So, I ask you this question: when, in her life cycle, is a woman most apt to find a man of the highest quality? When she’s young and has the attributes many men are looking for or when she’s older (and perhaps a bit wiser) but no longer attracts the quality of men she once did?

    It may not be a happy thought to contemplate, but it does represent reality.

  3. nerdygirl
    March 28th, 2010 at 17:23 | #3

    Wow. Let me put it this way, the man who won’t marry me at thirty-five isn’t the kind of man I want to marry at twenty-five. It’s important to have physical attraction in order to make a relationship work, because sex is important in relationships. If a person takes care of themselves physically, they can still be very attractive in their thirties, beauty doesn’t just disappear after 29. It’s weird that only female beauty is important in relationships. There are hardly any articles or debates telling men to date within their own age range, or reminding them that beer-bellies are harder to keep away after 30. Why isn’t there this pressure on men to marry quicker, before their looks fade and their bodies turn to jell-o? Why aren’t there articles telling men that they need to learn to settle too? Because let me tell you, I have seen some men let themselves go, beer belly and all, and still expect to get that hot 25 year old blonde with perky boobs. It goes both ways.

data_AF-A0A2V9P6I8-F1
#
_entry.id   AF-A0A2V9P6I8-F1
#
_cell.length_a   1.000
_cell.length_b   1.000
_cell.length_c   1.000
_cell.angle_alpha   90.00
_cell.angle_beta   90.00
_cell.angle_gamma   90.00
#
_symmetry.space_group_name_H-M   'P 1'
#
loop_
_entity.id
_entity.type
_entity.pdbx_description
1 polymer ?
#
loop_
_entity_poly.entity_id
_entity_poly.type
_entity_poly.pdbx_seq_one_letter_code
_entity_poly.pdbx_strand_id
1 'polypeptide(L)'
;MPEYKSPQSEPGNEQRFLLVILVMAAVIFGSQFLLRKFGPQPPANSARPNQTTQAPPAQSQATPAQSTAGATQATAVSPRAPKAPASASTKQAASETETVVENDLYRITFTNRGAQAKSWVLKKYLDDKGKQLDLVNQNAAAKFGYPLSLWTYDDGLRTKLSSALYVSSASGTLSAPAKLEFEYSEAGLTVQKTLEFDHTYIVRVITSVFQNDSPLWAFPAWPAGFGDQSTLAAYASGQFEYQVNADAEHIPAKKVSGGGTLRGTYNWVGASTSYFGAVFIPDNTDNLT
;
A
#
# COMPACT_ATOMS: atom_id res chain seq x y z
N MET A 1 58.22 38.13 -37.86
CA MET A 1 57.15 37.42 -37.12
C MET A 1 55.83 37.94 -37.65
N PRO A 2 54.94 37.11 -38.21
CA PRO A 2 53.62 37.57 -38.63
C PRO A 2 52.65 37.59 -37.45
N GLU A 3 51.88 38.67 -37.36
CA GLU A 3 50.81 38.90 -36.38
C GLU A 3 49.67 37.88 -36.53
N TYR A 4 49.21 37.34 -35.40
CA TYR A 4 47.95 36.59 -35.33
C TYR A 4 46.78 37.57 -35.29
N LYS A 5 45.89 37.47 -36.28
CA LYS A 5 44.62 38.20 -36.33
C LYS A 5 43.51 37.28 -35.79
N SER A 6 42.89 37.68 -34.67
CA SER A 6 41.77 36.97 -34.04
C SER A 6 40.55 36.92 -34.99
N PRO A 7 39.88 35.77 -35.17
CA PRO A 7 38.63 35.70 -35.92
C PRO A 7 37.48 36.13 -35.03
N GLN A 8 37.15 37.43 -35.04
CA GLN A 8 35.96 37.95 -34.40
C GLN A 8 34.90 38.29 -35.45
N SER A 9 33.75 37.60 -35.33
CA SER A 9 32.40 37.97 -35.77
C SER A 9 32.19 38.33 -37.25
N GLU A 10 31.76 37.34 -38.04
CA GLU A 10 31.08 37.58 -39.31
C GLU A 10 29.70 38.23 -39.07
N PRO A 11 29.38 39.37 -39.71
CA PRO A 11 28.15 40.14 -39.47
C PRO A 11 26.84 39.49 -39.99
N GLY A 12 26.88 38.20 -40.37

You mention men not being interested in women with large numbers of hook-ups, why is that? Especially if presumably men of an older age would also have a high number of hook-ups. Why back when I used to read Pick-up Artists blogs, they asserted that vagina’s stretch with use, which I soon learned was medically bunk, so that couldn’t be it. Some people insist on their being some form of chemical bonding that occurs in females and not males, which is also medically bunk in most circles. So really, what logical reasoning could men have for that preference?